Hirayama Disease: Escaping From the Quotidian Imaging

August 2015
Journal of Clinical & Diagnostic Research;Aug2015, Vol. 9 Issue 8, p10
Academic Journal
Case Study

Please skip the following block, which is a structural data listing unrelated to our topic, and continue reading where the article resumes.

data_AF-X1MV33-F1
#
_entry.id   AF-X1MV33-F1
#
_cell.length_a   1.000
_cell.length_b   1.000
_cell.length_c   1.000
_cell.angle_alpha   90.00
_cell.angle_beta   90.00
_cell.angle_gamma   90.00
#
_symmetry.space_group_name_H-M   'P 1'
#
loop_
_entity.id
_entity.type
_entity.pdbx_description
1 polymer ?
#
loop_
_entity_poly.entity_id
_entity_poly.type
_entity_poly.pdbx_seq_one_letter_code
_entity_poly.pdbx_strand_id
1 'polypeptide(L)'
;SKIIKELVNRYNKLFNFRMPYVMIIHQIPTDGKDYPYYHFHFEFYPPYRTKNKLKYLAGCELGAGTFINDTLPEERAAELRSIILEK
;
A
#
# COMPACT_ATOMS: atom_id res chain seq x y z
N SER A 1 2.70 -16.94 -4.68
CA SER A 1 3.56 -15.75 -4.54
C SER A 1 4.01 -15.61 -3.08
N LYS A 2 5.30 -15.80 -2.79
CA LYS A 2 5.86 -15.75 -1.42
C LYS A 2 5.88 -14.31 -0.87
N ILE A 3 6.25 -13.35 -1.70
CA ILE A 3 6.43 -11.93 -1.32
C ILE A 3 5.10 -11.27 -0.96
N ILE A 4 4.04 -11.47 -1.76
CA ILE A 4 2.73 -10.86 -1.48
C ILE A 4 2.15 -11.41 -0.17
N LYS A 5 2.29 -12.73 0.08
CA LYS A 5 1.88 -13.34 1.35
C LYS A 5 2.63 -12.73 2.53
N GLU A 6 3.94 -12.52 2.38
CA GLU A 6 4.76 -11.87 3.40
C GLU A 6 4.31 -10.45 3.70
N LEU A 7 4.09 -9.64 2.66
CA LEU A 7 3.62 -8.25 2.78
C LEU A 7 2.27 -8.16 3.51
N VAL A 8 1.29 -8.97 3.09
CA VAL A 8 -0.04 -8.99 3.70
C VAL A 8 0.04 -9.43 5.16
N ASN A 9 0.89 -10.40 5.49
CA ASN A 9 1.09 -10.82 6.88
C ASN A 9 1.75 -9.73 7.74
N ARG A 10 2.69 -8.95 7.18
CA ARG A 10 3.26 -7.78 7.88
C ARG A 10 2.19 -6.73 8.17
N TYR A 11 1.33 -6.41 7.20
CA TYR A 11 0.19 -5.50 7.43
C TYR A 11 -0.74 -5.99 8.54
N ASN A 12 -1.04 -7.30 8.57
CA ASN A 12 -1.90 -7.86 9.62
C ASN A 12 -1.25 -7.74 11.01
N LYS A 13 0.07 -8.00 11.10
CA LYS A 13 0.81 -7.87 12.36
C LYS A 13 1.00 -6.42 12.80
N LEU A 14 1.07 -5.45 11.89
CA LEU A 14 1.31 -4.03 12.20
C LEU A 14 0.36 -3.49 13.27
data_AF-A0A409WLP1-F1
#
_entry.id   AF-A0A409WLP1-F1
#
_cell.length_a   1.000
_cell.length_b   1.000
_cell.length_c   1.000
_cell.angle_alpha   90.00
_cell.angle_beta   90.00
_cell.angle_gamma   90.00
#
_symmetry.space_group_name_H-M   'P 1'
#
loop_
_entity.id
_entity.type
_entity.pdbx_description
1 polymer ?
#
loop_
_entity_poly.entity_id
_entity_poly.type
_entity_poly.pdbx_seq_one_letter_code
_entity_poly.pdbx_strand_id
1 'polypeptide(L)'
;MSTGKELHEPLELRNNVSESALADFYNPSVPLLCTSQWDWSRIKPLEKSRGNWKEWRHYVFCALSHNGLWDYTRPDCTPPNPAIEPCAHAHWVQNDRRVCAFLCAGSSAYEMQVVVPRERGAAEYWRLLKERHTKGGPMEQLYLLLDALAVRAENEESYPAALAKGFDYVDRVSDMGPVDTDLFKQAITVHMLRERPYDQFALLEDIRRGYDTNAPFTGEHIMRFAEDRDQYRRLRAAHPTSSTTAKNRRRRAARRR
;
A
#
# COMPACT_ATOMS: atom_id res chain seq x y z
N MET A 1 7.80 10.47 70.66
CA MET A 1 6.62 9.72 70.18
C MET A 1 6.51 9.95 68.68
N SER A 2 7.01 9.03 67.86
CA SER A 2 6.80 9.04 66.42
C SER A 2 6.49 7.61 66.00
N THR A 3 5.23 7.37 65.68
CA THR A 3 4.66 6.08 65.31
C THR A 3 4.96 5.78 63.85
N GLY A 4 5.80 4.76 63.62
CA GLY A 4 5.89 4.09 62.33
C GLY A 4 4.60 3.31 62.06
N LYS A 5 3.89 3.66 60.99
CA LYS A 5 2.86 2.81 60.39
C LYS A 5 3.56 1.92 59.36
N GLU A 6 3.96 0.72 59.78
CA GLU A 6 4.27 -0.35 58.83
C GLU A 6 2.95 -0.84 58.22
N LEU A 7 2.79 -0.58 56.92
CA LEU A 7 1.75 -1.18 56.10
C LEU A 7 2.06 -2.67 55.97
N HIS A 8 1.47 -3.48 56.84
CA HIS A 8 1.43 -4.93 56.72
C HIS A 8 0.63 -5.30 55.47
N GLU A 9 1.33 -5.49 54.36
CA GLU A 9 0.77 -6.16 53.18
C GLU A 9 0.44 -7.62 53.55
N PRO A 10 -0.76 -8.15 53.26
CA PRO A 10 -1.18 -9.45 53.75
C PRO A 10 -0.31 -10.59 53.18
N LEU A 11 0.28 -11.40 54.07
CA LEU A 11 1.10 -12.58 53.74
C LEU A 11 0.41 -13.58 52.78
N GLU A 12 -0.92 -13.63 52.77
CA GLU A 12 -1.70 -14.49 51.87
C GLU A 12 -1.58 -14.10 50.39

Hirayama disease is a rare type of neurological disease commonly manifesting as brachial monomelic amyotrophy in young males of Asian origin, easily understood as juvenile non-progressive cervical amyotrophy. The first case was reported by Hirayama in 1959. The pathogenesis is attributed towards chronic compression of cervical spinal cord during flexion movements of neck in cases where there is detachment of posterior dura mater. This chronic event, invariably leads to features of cord atrophy along with other MRI features. We report a case of 21-year-old male who presented with atrophy of distal muscles of his right hand and was sent for MRI of cervical spine which revealed prominent posterior epidural venous plexus without significant cord atrophy. Clinico-radiologic profile of the patient leads toward the diagnosis of Hirayama disease which was considered as borderline because of asymmetrical cord atrophy which is a not a routine imaging feature of the entity.


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